"Habits of the High-Tech Heart"
by Quentin Schultze
I commented on the powerful beginning to "Habits..." previously. Schultze delivers more prophetic slaps to our frantic lives as his book progresses.
The overall message of the book thrusts wisdom back upon our techno-Babel blinded worldview: Tradition, especially religious tradition, provides the foundation and framework for virtuous life, wisdom, purpose, direction, community, and moral relationships. More could be said here in summary of the book. Interestingly Schultze does not play technology off against tradition, as if to find the "better" of the two. Rather, he examines the moral vacuity of now traditional techno-visions of a utopian electronic world and shows how amidst all their blather, they really are deluded deluding false prophets. Instead of tossing baby and bathwater out onto the street, Schultze hints at the possibility of using technology wisely, building your life upon religious tradition (which I understand to mean the Bible and the God of the Bible, with His Christ, in life by the Spirit) so that the things of life, the affairs and to do lists that order our days, are filled with virtue and moral excellence. Here are a few quotes from later sections of the book:
"Living contemplatively is one way of regularly reminding oursevles that we are not God and that we will not become more intimate with God merely by tracking the latest information about God."
"If we are not careful, even prayer can become just another instrumental technology to employ when everyday modes of control do not work. Prayer slips into machine logic."
People, he says, "need more meaning, not more information."
I found the book very challenging. I know I need to change my habits, my valuations, and my time structure in light of the call of this book, a call back to the basics.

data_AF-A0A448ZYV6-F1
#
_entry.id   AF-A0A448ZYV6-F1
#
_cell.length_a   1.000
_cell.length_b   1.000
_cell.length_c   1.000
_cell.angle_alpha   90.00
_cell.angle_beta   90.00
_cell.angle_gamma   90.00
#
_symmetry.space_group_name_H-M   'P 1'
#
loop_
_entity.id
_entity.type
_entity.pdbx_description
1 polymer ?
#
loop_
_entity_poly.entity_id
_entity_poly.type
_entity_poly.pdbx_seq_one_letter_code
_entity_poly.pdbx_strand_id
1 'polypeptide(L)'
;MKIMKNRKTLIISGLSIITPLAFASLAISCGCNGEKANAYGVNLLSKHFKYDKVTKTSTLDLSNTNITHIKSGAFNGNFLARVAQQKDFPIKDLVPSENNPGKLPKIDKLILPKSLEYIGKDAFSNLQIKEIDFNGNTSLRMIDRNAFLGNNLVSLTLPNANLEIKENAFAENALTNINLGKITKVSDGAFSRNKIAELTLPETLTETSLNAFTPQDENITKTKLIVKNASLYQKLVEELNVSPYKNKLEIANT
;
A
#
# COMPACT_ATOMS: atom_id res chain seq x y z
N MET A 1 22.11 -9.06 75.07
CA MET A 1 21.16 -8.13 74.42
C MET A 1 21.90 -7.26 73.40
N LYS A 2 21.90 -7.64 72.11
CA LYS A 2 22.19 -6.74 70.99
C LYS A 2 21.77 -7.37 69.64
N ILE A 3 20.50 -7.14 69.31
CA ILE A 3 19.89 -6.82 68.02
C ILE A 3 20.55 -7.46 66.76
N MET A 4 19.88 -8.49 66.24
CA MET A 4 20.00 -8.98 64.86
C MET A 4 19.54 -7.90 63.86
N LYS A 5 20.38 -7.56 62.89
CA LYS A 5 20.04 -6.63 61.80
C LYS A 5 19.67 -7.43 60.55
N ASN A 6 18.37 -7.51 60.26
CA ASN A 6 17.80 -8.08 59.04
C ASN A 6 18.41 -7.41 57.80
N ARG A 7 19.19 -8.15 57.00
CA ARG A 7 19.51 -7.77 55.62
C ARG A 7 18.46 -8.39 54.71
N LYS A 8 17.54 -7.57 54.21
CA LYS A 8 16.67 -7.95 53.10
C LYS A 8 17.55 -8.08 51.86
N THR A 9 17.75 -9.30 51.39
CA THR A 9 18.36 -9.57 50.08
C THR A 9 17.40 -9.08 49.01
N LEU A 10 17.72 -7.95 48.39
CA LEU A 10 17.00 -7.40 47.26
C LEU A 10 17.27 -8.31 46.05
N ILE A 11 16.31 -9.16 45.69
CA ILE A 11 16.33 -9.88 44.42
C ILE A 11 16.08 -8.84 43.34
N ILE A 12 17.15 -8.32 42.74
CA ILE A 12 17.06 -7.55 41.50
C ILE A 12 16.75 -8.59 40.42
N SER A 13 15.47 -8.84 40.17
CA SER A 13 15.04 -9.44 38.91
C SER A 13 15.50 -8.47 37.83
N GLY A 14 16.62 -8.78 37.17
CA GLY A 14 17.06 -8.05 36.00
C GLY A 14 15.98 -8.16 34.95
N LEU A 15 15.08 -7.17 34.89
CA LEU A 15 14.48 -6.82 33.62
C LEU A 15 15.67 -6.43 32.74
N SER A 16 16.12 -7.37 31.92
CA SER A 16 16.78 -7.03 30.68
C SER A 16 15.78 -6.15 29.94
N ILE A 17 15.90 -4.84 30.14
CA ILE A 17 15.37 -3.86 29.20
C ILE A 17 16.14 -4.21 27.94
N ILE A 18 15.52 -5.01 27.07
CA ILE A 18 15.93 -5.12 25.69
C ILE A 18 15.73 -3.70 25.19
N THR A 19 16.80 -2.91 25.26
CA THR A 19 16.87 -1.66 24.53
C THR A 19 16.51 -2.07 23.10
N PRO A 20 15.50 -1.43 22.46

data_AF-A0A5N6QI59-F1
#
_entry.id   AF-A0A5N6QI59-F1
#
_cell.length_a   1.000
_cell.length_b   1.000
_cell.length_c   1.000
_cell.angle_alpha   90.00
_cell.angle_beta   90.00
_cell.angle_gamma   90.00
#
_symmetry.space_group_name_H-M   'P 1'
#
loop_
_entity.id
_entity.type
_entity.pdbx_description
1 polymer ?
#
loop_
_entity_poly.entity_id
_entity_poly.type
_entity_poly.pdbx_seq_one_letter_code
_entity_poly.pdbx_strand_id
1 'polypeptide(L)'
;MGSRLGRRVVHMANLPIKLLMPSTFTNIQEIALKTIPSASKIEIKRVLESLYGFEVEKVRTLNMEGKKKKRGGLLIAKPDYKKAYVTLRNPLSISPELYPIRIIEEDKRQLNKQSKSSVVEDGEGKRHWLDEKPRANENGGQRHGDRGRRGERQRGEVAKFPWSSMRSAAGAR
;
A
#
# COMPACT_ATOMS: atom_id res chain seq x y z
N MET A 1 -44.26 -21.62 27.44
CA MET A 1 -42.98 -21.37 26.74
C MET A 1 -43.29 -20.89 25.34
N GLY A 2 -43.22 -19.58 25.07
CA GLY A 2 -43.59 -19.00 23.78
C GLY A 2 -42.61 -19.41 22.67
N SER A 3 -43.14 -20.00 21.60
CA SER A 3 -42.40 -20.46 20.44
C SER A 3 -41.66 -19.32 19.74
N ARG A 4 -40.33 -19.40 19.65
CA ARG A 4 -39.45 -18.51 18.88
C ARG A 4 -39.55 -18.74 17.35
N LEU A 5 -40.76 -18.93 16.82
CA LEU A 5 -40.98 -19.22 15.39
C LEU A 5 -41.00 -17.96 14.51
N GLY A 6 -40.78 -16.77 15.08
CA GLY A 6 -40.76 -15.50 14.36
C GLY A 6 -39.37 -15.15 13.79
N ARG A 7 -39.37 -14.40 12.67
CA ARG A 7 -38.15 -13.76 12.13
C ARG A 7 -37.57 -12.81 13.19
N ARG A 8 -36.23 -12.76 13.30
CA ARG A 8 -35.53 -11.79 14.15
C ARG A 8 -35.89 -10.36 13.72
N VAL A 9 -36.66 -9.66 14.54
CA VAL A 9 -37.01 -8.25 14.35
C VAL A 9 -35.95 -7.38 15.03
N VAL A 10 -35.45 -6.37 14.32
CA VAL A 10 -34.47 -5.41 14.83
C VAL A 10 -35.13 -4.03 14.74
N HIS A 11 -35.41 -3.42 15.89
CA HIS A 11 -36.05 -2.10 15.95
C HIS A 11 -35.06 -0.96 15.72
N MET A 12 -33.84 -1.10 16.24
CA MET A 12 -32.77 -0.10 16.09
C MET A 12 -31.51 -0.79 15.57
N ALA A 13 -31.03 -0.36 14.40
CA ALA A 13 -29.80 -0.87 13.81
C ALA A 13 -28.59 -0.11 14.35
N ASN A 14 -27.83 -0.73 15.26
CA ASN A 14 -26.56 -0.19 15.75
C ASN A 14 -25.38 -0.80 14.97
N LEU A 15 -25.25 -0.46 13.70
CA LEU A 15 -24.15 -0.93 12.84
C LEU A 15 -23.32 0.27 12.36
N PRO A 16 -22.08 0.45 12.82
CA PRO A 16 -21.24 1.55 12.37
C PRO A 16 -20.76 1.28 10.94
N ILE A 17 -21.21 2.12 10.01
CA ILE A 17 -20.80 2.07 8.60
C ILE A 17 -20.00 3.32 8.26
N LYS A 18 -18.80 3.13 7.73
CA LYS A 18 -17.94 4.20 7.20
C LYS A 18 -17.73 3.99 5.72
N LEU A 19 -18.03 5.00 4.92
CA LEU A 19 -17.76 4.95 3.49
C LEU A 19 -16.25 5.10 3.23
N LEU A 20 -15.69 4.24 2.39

The book could be better. Chapters 1, 2, 7, and 8 capture the message of the book sufficiently. The four middle chapters move slowly and bogg the reader down. In addition, the Christian reader, the God-centered discerner, must insert in nearly every place "living virtuously" appears the phrase, "living for the glory of God." Schultze appears to be writing for a wider audience, but waters this down too much for me. He offers hope for those enslaved to informationalism, but the hope is itself vague.
Nonetheless, the message strikes true. Living for the glory of God cannot be equated with living as efficiently as possible, maximizing time. Redeem the time, God says. He does not say, maximize your efficiency. Redeeming the time may mean sitting and listening, holding a child's hand, writing a letter, meditating on scripture with an open-ended time frame.
I recommend the book to all who live immersed in e-mail cultures, computer snob, techno-savvy communities, or who find themselves drawn to the elusive "more" offered by all things techno.
(aside: I hope I have not communicated any sense of disdain for that musical genre known as techno, for which I have the highest respect as long as the artists therein root their musical industry in a virtuous and traditional bedrock both personally and as regards their discipline.)